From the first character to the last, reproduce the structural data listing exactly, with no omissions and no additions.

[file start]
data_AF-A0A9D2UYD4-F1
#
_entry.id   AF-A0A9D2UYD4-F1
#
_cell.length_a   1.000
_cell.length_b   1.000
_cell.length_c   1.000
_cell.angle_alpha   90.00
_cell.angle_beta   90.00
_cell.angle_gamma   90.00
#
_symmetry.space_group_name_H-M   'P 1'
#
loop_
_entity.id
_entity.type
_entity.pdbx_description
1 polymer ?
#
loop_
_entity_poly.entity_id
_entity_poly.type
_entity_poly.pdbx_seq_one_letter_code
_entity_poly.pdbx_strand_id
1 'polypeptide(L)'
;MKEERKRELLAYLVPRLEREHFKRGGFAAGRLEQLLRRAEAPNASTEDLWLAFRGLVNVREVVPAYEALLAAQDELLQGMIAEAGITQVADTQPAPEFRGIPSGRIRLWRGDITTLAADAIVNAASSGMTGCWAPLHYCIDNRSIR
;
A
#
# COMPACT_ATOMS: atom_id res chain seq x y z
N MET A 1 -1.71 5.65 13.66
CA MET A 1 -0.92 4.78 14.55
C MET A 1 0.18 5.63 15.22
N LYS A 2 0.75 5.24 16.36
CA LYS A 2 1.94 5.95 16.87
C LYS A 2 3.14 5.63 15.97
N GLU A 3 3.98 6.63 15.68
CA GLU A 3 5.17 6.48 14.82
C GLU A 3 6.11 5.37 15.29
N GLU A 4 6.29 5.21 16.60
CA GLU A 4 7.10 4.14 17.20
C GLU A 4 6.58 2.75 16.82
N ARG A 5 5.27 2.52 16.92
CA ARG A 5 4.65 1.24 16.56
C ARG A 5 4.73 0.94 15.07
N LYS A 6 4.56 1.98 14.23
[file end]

data_AF-A0A9D2UYD4-F1
#
_entry.id   AF-A0A9D2UYD4-F1
#
_cell.length_a   1.000
_cell.length_b   1.000
_cell.length_c   1.000
_cell.angle_alpha   90.00
_cell.angle_beta   90.00
_cell.angle_gamma   90.00
#
_symmetry.space_group_name_H-M   'P 1'
#
loop_
_entity.id
_entity.type
_entity.pdbx_description
1 polymer ?
#
loop_
_entity_poly.entity_id
_entity_poly.type
_entity_poly.pdbx_seq_one_letter_code
_entity_poly.pdbx_strand_id
1 'polypeptide(L)'
;MKEERKRELLAYLVPRLEREHFKRGGFAAGRLEQLLRRAEAPNASTEDLWLAFRGLVNVREVVPAYEALLAAQDELLQGMIAEAGITQVADTQPAPEFRGIPSGRIRLWRGDITTLAADAIVNAASSGMTGCWAPLHYCIDNRSIR
;
A
#
# COMPACT_ATOMS: atom_id res chain seq x y z
N MET A 1 -1.71 5.65 13.66
CA MET A 1 -0.92 4.78 14.55
C MET A 1 0.18 5.63 15.22
N LYS A 2 0.75 5.24 16.36
CA LYS A 2 1.94 5.95 16.87
C LYS A 2 3.14 5.63 15.97
N GLU A 3 3.98 6.63 15.68
CA GLU A 3 5.17 6.48 14.82
C GLU A 3 6.11 5.37 15.29
N GLU A 4 6.29 5.21 16.60
CA GLU A 4 7.10 4.14 17.20
C GLU A 4 6.58 2.75 16.82
N ARG A 5 5.27 2.52 16.92
CA ARG A 5 4.65 1.24 16.56
C ARG A 5 4.73 0.94 15.07
N LYS A 6 4.56 1.98 14.23